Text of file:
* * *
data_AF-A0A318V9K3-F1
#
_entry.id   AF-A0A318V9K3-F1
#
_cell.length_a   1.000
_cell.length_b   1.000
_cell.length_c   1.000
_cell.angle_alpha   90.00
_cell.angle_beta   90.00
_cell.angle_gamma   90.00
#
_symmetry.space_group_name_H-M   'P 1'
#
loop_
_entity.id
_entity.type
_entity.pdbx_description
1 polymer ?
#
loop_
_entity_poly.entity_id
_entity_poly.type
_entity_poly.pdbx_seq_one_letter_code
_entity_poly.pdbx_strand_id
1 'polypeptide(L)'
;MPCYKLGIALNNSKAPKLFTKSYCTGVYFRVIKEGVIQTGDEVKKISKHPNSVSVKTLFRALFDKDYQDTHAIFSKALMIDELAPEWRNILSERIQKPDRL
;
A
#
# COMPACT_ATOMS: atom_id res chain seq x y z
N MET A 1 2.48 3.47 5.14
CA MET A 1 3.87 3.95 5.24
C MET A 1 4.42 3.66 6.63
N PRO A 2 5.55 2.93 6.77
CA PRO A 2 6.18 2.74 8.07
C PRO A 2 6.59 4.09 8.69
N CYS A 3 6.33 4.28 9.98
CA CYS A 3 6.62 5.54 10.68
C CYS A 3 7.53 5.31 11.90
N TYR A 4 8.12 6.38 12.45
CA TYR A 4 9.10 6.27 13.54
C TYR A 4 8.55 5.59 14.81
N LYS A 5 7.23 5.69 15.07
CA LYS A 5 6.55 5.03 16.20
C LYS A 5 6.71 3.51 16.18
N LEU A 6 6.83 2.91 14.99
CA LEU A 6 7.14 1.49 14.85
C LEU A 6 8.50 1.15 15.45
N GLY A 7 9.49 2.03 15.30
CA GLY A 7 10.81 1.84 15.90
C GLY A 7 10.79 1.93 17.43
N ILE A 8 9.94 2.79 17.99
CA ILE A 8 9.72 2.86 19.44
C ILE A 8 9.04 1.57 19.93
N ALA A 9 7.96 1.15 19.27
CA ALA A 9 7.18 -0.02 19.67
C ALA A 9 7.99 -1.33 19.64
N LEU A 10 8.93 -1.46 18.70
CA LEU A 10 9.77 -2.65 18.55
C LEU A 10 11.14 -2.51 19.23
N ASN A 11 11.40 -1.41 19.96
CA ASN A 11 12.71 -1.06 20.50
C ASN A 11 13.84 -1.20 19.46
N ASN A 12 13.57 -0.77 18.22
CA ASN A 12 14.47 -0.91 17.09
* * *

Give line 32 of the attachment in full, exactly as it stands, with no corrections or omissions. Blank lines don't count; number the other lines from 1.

CA MET A 1 3.87 3.95 5.24